Elizabeth Warren Explains How Washington Corruption Protects the “Tender Fannies” of The Rich

During a spot on the “Daily Show” Thursday night, Senator Elizabeth Warren broke down the ways in which big banks and large corporations have rigged Washington politicians in order to ensure “the tender fannies of the rich and the powerful are always carefully protected.”

“Powerful corporations, rich people, have figured out that if you can bend the government to help you just a little bit, it’s a tremendous payoff,” Warren told host Jon Stewart. “And if you can bend it to help you just a little bit more, and a little bit more, the playing field just gets more and more tilted, and the rich and the powerful just do better and better.”

The Massachusetts senator, whose appearance was tied to her book A Fighting Chance, went on to explain how both the steady circulation of money and the constant presence of lobbyists in Washington have worked together to create a culture in which such corruption is the norm. Watch below:

DOES IT FEEL LIKE POLITICS IS AT A BREAKING POINT?

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It sure feels that way to me, and here at Mother Jones, we’ve been thinking a lot about what journalism needs to do differently, and how we can have the biggest impact.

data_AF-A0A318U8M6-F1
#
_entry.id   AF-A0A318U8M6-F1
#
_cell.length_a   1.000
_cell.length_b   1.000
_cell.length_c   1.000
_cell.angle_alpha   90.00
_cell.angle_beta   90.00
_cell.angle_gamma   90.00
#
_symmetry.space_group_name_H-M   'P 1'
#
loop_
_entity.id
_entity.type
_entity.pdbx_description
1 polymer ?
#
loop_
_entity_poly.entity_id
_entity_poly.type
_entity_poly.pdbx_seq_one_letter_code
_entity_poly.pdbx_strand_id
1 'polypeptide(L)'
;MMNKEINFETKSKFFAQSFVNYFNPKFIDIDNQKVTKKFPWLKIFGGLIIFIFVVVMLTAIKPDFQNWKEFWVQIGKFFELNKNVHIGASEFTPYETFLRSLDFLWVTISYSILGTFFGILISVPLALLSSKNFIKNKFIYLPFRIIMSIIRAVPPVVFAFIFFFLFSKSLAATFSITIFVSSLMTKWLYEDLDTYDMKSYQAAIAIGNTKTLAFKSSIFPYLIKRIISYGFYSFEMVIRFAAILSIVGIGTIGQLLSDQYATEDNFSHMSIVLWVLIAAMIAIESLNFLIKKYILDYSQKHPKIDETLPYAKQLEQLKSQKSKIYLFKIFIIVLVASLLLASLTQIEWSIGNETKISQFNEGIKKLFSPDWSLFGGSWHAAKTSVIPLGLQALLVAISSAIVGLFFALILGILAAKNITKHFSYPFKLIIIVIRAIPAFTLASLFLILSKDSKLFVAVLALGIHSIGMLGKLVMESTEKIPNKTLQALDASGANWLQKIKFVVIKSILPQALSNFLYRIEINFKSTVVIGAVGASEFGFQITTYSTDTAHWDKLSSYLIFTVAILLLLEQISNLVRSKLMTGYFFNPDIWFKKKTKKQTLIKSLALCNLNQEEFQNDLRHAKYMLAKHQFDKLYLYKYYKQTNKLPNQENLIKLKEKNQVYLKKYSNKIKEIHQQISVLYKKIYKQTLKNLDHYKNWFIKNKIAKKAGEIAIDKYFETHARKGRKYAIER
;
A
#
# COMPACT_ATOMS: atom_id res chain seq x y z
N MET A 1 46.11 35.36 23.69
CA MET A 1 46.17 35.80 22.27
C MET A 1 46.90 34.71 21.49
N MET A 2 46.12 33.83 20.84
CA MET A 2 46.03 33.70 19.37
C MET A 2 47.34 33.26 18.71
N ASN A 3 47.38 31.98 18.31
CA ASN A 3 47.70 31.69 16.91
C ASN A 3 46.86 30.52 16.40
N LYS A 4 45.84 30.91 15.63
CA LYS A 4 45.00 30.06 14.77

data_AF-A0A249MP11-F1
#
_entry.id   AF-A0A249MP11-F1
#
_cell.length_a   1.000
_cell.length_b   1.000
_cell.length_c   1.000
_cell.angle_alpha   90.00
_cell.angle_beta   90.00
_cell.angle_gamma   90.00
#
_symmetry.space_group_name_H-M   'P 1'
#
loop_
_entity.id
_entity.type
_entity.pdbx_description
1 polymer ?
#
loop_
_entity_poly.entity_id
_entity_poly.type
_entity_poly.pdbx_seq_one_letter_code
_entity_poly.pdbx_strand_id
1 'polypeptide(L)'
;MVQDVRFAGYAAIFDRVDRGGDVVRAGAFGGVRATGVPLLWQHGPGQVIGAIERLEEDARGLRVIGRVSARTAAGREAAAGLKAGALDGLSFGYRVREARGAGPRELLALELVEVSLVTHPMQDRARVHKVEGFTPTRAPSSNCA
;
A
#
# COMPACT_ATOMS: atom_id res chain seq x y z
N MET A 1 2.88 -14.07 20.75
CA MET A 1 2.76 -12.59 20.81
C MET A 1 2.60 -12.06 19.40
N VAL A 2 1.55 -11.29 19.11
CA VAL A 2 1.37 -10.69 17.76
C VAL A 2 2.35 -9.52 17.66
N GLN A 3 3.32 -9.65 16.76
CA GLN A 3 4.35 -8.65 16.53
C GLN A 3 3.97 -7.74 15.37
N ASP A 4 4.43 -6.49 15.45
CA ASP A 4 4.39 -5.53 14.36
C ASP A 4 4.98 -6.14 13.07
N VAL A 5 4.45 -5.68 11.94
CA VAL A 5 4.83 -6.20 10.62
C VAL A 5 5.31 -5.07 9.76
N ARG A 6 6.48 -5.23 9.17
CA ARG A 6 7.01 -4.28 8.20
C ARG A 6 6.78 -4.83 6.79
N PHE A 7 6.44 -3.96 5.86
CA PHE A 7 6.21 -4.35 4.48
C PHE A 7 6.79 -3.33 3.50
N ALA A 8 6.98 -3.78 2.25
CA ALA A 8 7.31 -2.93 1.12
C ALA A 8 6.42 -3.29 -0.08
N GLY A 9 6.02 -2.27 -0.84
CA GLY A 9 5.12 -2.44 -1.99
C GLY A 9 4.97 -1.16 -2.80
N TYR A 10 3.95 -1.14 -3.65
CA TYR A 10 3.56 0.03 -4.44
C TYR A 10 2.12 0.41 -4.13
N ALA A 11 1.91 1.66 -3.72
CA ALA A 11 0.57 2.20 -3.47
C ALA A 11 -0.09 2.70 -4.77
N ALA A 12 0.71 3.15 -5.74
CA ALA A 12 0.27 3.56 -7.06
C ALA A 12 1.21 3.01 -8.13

We kept coming back to one word: corruption. Democracy and the rule of law being undermined by those with wealth and power for their own gain. So we're launching an ambitious Mother Jones Corruption Project to do deep, time-intensive reporting on systemic corruption, and asking the MoJo community to help crowdfund it.

We aim to hire, build a team, and give them the time and space needed to understand how we got here and how we might get out. We want to dig into the forces and decisions that have allowed massive conflicts of interest, influence peddling, and win-at-all-costs politics to flourish.

It's unlike anything we've done, and we have seed funding to get started, but we're looking to raise $500,000 from readers by July when we'll be making key budgeting decisions—and the more resources we have by then, the deeper we can dig. If our plan sounds good to you, please help kickstart it with a tax-deductible donation today.

Thanks for reading—whether or not you can pitch in today, or ever, I'm glad you're with us.

Signed by Clara Jeffery

Clara Jeffery, Editor-in-Chief

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